Things don’t have to terrify us to haunt us for a long time
At least once in an individual’s life, the thought of fleeing to a new country might have crossed their mind, maybe to escape the difficulties of everyday life.
In Mike Flanagan’s highly anticipated follow-up to the incredibly enthralling “The Haunting of Hill House,” “The Haunting of Bly Manor’s” main heroine Dani does just that.
Set in the 1980s, the show follows Dani (Victoria Pedretti) leaving America to run from the trauma of her past and become an au pair in England, subsequently landing a job taking care of two orphans in a vast, beautiful estate in the English countryside.
Her employer, the seemingly incredibly wealthy Lord Wingrave (Henry Thomas) explains that the manor comes along with a cook, housekeeper and gardener. Dani’s only job is to take care of the children.
Maybe it was a suspiciously sweet deal by itself—it would be natural to throw in a couple hauntings here and there. Otherwise, the job would be like hitting the jackpot—no cleaning, no cooking, simply taking care of children.
While “The Haunting of Hill House” was based off of Shirley Jackson’s novel of the same name, “The Haunting of Bly Manor” was inspired by Henry James’ 1898, “The Turn of the Screw.” Yet Flanagan swaps corsets and Victorian wear for high-waisted jeans and suspenders by setting the story up in the ‘80s.
In a Netflix behind-the-scenes clip Flanagan explains that, “Hill House is about a very tight family, and Bly Manor is about strangers, a family that is created.”
To no one’s surprise, it turns out that things are not as picture perfect as they seem. We get a sense of the creepiness that follows the moment we meet the orphans.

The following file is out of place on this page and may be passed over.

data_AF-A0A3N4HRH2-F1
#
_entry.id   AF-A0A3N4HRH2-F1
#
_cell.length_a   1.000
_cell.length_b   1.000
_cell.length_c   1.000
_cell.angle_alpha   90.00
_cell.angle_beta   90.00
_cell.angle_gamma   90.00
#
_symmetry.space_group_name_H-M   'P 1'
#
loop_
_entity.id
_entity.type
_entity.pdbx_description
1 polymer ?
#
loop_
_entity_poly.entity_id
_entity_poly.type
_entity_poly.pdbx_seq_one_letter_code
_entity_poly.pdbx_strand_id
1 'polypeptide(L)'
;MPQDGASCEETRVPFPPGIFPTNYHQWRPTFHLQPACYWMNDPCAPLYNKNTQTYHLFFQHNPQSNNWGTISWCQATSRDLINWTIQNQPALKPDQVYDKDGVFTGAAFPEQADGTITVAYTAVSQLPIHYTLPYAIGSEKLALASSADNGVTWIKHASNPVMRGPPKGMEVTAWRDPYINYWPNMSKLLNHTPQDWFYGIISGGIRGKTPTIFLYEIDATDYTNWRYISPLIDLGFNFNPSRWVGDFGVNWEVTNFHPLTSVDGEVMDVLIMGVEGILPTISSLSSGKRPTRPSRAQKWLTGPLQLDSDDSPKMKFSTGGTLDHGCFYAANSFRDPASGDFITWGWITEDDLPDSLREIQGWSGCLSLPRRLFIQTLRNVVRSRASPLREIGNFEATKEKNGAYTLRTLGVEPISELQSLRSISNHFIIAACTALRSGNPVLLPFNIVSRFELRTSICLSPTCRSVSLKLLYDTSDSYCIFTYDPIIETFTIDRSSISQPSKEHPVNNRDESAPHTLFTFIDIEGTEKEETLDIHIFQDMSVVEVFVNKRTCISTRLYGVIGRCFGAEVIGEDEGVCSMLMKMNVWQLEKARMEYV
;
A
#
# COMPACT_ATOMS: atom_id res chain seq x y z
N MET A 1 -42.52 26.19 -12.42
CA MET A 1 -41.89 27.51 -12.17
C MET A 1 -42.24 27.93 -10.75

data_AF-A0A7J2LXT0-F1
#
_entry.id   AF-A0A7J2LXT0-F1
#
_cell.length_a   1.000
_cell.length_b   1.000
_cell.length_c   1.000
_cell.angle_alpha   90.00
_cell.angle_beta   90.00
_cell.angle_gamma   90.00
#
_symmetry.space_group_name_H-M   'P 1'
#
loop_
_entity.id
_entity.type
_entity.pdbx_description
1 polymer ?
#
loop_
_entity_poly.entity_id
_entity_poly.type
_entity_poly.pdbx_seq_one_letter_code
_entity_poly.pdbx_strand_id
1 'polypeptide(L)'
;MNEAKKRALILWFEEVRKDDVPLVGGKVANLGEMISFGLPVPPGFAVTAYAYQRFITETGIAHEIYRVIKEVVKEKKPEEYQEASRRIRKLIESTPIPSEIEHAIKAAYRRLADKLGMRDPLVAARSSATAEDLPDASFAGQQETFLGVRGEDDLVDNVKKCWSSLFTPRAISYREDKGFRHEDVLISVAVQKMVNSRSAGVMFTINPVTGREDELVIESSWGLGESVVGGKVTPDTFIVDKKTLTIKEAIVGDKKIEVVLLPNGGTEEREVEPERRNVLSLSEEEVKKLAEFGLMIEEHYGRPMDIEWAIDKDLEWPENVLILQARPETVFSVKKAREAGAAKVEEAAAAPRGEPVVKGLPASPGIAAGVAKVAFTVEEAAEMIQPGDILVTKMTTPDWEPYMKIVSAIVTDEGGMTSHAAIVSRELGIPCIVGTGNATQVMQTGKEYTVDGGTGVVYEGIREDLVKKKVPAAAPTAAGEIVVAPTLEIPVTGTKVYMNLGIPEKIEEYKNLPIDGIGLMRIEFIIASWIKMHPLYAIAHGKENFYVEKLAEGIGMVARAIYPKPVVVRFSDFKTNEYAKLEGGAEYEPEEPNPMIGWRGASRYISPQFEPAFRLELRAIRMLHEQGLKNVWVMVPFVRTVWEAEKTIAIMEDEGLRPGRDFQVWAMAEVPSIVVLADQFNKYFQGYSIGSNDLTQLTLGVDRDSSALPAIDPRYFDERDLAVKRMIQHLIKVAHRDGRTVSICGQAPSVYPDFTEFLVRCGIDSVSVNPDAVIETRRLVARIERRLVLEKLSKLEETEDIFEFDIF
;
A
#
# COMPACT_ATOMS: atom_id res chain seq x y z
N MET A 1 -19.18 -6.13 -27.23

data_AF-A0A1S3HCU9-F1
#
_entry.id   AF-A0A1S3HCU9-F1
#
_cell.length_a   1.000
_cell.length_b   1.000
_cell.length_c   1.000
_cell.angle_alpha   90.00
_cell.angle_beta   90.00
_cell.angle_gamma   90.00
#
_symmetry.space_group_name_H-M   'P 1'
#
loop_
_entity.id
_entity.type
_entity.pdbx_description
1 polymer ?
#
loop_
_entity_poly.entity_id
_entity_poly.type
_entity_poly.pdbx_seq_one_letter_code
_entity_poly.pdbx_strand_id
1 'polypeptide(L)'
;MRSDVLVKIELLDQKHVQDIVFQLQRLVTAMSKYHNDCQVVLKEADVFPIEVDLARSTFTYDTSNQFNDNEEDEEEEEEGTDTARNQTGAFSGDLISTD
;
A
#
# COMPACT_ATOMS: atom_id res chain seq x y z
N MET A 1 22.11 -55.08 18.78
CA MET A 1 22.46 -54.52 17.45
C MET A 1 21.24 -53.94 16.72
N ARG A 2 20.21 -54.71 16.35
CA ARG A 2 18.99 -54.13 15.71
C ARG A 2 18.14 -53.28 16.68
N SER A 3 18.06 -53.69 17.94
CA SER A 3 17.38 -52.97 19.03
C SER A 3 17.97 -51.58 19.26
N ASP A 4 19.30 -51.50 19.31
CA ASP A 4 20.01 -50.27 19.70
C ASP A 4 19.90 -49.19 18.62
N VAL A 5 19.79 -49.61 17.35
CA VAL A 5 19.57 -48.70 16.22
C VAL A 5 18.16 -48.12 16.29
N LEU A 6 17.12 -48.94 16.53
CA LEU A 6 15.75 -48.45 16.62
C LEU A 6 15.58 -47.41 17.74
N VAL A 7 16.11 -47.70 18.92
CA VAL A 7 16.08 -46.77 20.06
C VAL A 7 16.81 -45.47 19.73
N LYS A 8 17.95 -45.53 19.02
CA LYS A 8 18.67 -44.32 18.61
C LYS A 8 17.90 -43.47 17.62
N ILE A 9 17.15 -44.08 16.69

Miles (Benjamin Evan AInsworth) and Flora (Amelie Bea Smith) are too posh, even for upper-class English children, and Flora’s frequent repeating of the phrase “perfectly splendid” leaves the viewer with a sense of discomfort.
We cannot forget about the mention of the children’s previous au pair Rebecca (Tahirah Sharif) who died on the grounds six months prior to Dani’s arrival. The question of what happens to her looms in the air, contributing to the mysteries hidden in Bly Manor.
There are many narratives that Flanagan juggles throughout the nine episodes, and many different threads that he ties together by the end of it. We see the trope of a found family among the Bly workers play out nicely in the nine-hour Netflix original series.
There is the housekeeper Hannah (T’Nia Miller), who is thoughtful and melancholic. We see Owen (Rahul Kohli), a chef training in France brought back to his hometown to take care of his mother, always ready to make eye-roll inducing puns and would gladly let you taste test his meals. The heartfelt gardener Jamie (Amelia Eve), though slightly distant at first, becomes increasingly important to Dani as the story goes on.
When discussing Bly Manor, Flanagan stated that he wanted to use “Ghosts as expressions of emotional wounds that we do carry around.” Without any spoilers, this sentiment is addressed beautifully in the show.
“The Haunting of Bly Manor” nails the nature and purpose of grief, and shows how it shifts and changes people from the inside out. Yet it does it in such a way that the audience is left with a sense of satisfaction, and maybe even a little sadness.
Although “The Haunting of Bly Manor” isn’t as scary as “The Haunting of Hill House”—there are less jumpscares and not as many ghosts and ghouls lurking in the shadows—the emotions felt by the characters showcased throughout the episodes are what gives the show its haunting nature.
It is the way people let grief overcome them or be consumed by the playback of their traumas that is the truly scary part. We see how the characters are trapped in their own lives, and cannot escape the gravity of their traumas and memories.
Flanagan does an excellent job conveying the struggle of letting go, through means of absolution, acceptance and forgiveness.
Even though “The Haunting of Bly Manor” might not be as scary, the tale and lessons learned lodge themselves in one’s mind, making them hard to forget. It personifies emotions through ghosts and reminds us that stories, like people, do not have to terrify us to haunt us for a long time.
Written by: Muhammad Tariq — firstname.lastname@example.org